Scouting the competition: The Brewers

The Milwaukee Brewers almost won the National League Central this past season. Are they primed to compete again in 2008? The Braves Show's Bill Shanks has more.

The Milwaukee Brewers led the National League Central Division for 133 days this season. After leading for most of the summer, the Brewers fell out of first place on August 17th and were never truly able to recover.

Yes, the National League Central was weak this season. But the Brewers had their first winning season since 1992, and despite missing the playoffs, there's a ton to be excited about in Milwaukee for the first time in a long time.

This is a team full of young talent, with a solid nucleus for the future. The 2007 season could be the first of many winning seasons for the Brew Crew.

The offense was the main story in this past season, as the Brewers led the league in home runs with 231. They finished fifth in the NL in runs scored (801), but were 9th in stolen bases (96) and 11th in batting average (.262). So the long ball was extremely important to Ned Yost's club last season.

Prince Fielder is the team's leader for power, as he had 50 home runs and drove in 119. The .288 batting average and .395 on base percentage made him a pretty complete player. Fielder is still very young and will only get better, and now that the Brewers have found a compliment to him on the other side of the diamond their lineup is going to be very dangerous.

Ryan Braun came up in May, and 112 games started at third base later he's the leading candidate for the National League Rookie of the Year Award. Braun hit .324 with 34 home runs, 97 RBI, and 15 stolen bases in 451 at bats.

J.J. Hardy is the team's shortstop, and he got better as well in 2007 by hitting .277 with 26 home runs and 80 runs batted in. His double-play partner, Rickie Weeks, struggled a bit and even had to go to the minors for a while. Weeks hit .235 with 16 home runs and 36 RBI, but he did have 25 stolen bases to give the team a bit of team speed.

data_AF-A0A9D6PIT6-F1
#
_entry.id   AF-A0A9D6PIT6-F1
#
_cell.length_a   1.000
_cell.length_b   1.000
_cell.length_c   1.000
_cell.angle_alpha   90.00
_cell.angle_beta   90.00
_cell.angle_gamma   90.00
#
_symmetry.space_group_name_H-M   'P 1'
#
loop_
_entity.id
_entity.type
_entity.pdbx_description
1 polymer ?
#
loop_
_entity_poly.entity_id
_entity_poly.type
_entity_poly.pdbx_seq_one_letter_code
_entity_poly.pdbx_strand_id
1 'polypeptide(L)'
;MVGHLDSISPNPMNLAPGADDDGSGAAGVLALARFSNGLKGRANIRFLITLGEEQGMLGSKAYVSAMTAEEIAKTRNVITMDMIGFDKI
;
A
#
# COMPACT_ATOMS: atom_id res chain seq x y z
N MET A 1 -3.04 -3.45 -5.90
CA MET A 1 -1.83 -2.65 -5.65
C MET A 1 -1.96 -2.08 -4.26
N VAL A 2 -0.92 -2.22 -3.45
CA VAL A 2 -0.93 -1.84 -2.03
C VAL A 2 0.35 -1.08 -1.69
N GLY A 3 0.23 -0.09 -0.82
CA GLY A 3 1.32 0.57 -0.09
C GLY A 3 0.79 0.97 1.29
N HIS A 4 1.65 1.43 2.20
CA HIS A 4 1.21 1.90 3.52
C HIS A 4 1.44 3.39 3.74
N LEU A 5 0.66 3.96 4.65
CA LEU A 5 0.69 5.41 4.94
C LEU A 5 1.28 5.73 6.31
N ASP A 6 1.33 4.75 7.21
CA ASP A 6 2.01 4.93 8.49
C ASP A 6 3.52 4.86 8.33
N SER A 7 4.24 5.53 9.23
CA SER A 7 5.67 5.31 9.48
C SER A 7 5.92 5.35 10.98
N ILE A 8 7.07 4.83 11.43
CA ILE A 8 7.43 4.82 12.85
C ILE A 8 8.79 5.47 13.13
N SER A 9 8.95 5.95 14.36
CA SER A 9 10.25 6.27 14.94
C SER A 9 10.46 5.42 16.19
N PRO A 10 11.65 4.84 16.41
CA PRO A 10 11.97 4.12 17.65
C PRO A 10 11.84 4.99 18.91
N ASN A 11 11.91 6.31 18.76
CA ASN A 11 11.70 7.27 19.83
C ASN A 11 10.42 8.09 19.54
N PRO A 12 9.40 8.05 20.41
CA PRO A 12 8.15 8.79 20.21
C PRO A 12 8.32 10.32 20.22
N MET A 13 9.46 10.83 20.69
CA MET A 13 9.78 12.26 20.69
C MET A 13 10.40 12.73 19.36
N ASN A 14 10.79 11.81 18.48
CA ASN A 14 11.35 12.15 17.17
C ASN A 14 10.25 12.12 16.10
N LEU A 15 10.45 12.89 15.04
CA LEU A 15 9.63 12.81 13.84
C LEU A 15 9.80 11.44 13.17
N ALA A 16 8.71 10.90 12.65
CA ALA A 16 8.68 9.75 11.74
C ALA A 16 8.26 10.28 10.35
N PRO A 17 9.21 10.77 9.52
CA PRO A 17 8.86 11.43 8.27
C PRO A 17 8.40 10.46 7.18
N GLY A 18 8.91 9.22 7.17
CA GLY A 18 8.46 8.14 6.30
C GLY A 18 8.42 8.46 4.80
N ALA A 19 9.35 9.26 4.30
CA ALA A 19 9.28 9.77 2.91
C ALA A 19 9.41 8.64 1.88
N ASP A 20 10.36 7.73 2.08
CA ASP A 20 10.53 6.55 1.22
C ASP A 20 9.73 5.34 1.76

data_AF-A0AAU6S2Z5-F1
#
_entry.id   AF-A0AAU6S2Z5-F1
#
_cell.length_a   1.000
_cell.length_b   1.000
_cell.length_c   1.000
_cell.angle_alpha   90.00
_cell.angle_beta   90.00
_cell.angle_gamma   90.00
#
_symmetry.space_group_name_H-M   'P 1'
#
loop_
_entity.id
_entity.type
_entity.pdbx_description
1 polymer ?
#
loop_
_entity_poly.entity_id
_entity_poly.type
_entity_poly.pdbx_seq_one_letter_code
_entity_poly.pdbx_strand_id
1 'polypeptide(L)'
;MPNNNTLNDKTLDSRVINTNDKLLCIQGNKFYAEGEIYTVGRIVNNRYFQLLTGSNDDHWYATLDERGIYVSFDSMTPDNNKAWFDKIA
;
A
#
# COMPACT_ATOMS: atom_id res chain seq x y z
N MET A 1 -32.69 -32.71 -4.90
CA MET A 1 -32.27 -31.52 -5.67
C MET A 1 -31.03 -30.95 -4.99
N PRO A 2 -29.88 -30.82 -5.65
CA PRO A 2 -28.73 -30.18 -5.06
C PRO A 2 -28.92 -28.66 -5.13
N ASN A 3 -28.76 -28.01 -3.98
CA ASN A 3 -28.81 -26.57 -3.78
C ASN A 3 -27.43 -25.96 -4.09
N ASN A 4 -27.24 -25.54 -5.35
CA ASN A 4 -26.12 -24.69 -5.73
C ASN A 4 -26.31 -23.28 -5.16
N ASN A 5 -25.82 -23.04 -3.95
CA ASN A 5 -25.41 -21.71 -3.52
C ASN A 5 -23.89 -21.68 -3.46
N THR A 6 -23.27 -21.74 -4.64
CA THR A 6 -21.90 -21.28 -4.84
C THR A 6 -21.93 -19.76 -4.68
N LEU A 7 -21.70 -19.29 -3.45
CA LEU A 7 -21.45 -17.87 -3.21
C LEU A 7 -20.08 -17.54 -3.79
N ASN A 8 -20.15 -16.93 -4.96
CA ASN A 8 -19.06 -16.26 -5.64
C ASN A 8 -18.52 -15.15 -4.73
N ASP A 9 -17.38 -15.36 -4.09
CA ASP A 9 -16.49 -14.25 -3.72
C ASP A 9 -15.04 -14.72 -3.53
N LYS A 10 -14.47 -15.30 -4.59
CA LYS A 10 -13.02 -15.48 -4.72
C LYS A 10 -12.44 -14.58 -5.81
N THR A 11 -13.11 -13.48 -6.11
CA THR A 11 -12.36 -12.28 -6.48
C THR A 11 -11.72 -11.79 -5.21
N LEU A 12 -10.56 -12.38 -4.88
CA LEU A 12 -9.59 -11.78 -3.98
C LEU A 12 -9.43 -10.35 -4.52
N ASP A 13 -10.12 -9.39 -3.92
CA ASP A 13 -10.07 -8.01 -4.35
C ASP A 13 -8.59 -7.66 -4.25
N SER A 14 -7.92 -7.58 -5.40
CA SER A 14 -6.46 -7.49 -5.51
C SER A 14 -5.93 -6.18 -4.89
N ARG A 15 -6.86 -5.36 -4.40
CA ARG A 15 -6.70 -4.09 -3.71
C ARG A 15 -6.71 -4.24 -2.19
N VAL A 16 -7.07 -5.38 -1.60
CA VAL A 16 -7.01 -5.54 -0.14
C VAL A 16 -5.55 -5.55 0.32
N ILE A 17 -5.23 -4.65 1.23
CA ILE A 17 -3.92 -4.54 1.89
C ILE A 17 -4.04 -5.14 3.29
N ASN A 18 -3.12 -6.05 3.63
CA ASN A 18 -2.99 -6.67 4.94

The outfield has some stability in right with Corey Hart, who hit .295 with 24 home runs and 81 RBI. He seems set there, but the Brewers could have some changes in center and left. Bill Hall started 116 games in center field last season, but he hit .254 and had a .315 on base percentage. The Brewers could give Hall another chance or be tempted with Tony Gwynn, Jr. Another option would be to move Hart to center (where he started 28 games) and insert Gabe Gross (.235 – 7 – 24 – in 183 at bats) into right field.

It's doubtful Geoff Jenkins's option will be picked up, which could open up a spot in left field. Kevin Mench (.267 with 8 homers and 37 RBI in 288 at bats) would be the leading candidate there, and the Brewers could look for another alternative for left field.

Johnny Estrada is scheduled to be the catcher again despite a horrible defensive season. The former Brave threw out only 13% of would-be base stealers. His offense was pretty standard for Estrada: .278 with 10 homers and 54 RBI. Damian Miller was Estrada's backup, but he's a free agent. The Brewers claimed Eric Munson off the Astros' roster a few weeks ago and he could be Estrada's backup next season.

Milwaukee's pitching was pretty good, and it might get much better if a few people stay healthy. The staff finished 9th in ERA with a 4.41 mark and finished 10th in quality starts (76). The bullpen did finish second in saves with 49.

The bullpen is where we'll start since that's where the Brewers have the biggest question. Francisco Cordero is a free agent, and while it's been expected that he'll re-sign, it is getting late in the process. If he hits the open market, Cordero could attract a bidding war which might knock the Brewers out.

Cordero had 44 saves and a 2.98 ERA, so e could become one of the highest paid closers in the game. If he were to leave, the Brewers could turn to Derrick Turnbow, who had the job a few years ago before Cordero came over from Texas. Turnbow had 33 holds in the setup role but a 4.63 ERA in 77 games. He might give Yost a heart attack if he's the closer again, so it's likely the Brewers might look for other options if Cordero does leave.